The 7 Best Movies from 2018 You Didn't See—According to Famous Directors
The year's top picks—straight from Hollywood's top auteurs
If you're anything like me, you didn't make it to the movie theater much in 2018. After all, it's expensive, and with so many great shows to watch on streaming services, there's not as much motivation for leaving the comfort of your couch to enjoy great cinema.
But awards season is upon us, and nothing kills the fun of watching The Golden Globes (which is coming up on January 6th) or the Academy Awards (which will be on February 24th this year) like having no idea what any of the films are.
So if you're pressed for time and only want to see the very best of the best in the year's movies, Indiewire recently asked 52 acclaimed film directors to name their must-see films from 2018, and, as expected, most of them are movies you probably haven't even heard of. And the best part is, many of them are already available on Netflix and Amazon Prime. So prepare to pop some buttery popcorn and curl up on the couch, because here are seven amazing films that got the stamp of approval from Hollywood's finest artists.
"Roma," According to Pedro Amoldovar
Spanish filmmaker Pedro Amoldovar chose Alfonso Cuarón's Roma, a film which came up over and over again on the list. The movie chronicles the hardships of a middle-class family's domestic worker in 1970s Mexico, and it's available on Netflix.
Ari Aster (best known for writing the 2018 horror film Hereditary) said "in its scope, its technical ambition, and its faultless execution, Roma is stupefying. Made me think of Satyajit Ray, but with a perfectly operated technocrane."
"If Beale Street Could Talk," According to Amma Asante
Barry Jenkin's drama is about a couple whose dreams of domestic bliss are taken away when the husband-to-be is arrested for a crime he didn't commit. Amma Asante (best known for the 2013 film Belle) said the film was "absolutely magical—a mesmerizing adaptation that brings [author James] Baldwin's book to fruition on screen. It's a moving exploration of love between two people and also love within family. It both touched and gripped me because alongside its magical quality it's steeped in a relevance on race, that can't be ignored."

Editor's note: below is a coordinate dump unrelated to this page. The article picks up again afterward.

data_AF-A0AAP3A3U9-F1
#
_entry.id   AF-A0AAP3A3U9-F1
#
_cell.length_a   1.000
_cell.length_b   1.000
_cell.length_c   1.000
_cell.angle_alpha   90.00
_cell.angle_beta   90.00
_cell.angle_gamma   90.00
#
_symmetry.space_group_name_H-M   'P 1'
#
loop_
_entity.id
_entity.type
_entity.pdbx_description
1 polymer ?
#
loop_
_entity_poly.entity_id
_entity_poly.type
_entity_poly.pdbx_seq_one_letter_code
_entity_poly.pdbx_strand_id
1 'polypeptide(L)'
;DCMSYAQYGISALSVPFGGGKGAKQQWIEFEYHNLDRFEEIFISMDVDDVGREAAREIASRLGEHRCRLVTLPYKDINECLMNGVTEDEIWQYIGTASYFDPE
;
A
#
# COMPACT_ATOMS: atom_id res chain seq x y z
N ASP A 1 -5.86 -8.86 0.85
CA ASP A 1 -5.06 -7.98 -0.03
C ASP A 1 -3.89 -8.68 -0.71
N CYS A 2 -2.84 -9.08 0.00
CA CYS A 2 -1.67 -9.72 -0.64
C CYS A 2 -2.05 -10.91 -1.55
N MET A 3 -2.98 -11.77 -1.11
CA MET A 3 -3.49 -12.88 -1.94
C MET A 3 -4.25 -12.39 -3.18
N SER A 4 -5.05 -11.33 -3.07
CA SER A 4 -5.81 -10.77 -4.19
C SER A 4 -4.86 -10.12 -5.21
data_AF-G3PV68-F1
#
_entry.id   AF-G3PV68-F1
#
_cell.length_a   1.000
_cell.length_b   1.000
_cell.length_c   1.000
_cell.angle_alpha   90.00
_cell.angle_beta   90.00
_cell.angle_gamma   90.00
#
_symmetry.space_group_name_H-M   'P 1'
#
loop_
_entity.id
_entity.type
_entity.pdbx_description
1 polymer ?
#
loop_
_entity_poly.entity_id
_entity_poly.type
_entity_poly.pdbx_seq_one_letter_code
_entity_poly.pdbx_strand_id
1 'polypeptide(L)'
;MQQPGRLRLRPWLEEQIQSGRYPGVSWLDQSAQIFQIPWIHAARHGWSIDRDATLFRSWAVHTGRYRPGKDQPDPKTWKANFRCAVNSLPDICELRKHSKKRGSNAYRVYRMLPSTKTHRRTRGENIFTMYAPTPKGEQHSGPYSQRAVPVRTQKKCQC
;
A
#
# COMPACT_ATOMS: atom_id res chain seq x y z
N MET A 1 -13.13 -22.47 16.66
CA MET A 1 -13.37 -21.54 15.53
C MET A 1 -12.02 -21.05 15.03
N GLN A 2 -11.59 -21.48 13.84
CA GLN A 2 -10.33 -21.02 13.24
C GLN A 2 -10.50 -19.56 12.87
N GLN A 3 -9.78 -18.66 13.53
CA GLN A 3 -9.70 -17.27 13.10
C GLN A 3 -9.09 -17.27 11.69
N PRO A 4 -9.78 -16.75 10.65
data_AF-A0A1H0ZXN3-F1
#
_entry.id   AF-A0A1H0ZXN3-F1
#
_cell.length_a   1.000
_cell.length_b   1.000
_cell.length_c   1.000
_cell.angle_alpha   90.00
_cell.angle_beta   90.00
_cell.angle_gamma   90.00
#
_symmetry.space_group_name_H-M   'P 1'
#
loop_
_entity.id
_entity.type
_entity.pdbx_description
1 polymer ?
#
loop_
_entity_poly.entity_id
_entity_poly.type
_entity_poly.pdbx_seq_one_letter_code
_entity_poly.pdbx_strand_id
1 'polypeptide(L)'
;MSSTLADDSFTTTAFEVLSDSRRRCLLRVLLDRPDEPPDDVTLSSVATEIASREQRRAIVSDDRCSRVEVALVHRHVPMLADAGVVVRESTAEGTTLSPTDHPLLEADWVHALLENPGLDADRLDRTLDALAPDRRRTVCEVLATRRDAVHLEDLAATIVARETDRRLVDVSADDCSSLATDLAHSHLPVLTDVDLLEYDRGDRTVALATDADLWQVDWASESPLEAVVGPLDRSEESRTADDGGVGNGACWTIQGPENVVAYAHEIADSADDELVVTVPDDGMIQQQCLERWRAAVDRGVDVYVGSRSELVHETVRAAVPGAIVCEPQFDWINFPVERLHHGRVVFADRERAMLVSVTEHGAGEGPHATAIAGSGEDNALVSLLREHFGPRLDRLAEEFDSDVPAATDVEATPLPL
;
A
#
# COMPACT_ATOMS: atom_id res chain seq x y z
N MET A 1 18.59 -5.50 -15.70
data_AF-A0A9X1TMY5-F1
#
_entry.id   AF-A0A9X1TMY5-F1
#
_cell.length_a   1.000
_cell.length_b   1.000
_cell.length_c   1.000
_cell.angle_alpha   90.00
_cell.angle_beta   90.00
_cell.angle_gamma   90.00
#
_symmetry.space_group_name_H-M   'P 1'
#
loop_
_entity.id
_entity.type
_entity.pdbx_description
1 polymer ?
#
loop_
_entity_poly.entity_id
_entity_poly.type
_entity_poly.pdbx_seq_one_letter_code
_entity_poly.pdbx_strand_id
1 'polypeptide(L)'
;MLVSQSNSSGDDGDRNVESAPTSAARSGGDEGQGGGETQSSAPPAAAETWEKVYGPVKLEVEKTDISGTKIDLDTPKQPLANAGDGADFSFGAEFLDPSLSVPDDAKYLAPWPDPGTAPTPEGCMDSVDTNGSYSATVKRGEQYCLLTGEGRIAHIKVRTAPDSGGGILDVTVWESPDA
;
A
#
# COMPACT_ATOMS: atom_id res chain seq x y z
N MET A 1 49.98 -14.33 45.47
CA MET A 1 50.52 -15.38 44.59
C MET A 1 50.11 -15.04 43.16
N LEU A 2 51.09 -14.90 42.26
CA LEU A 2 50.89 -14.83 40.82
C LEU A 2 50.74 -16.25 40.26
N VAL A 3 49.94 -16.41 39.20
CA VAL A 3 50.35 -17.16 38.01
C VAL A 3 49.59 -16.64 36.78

"Black Panther," According to Ezra Edelman
OK, so you've definitely heard of this film, but so many directors said they loved Ryan Coogler's superhero movie set in the fictional world of Wakanda that you have to see it if you haven't already. And for more on some of Hollywood's most iconic films, check out these 20 Happy Movies That Almost Got Sad Endings.
"Eighth Grade," According to Joe Cornish
Bo Burnham's dark comedy about the agony of suburban adolescence got an R rating in the United States, which means the very people the film was about weren't able to see it. But it got great reviews, and Joe Cornish (director of the forthcoming The Kid Who Would Be King) said it was "a brilliant portrayal of adolescence with a stellar central performance and a set-piece party scene as horrifying as any sequence in any of the year's best horror movies. And a really great score too."
"Leave No Trace,"According to Guillermo del Toro
Okay, so the acclaimed director of Pan's Labyrinth hasn't actually seen this film yet, as he chose to make a list of the movies that he hasn't gotten around to viewing. But if it's on his watch list, it should probably be on yours too.
Debra Granik's action-packed drama is about a father and daughter who live on a nature reserve and make limited contact with the outside world—until a small mistake tips them off to the authorities and sends them on the run.
"You Were Never Really Here," According to Augustine Frizzell
Lynne Ramsay's hitman thriller about a traumatized veteran who uncovers a conspiracy while tracking down a missing teenage girl also made the list for many of the directors. Augustine Frizzell (the director of Never Goin' Back) said it was "brutal but never felt exploitative. Restrained where it needed to be. A realistic depiction of mental illness and inner turmoil and with one of the best soundtracks of the year."
"Suspiria," According to Josephine Decker
Luca Guadagnino's horror film about a young American actress who arrives in 1970s Berlin to audition for a world renowned dance company seems to be everyone's favorite fright fest for the year.
Josephine Decker (best known for Butter on the Latch) said the "mystery is physical. Its dance is political. It goes one million different directions, and after months, I can't stop thinking about it. Any film that does not 'end' when the movie ends… wins."
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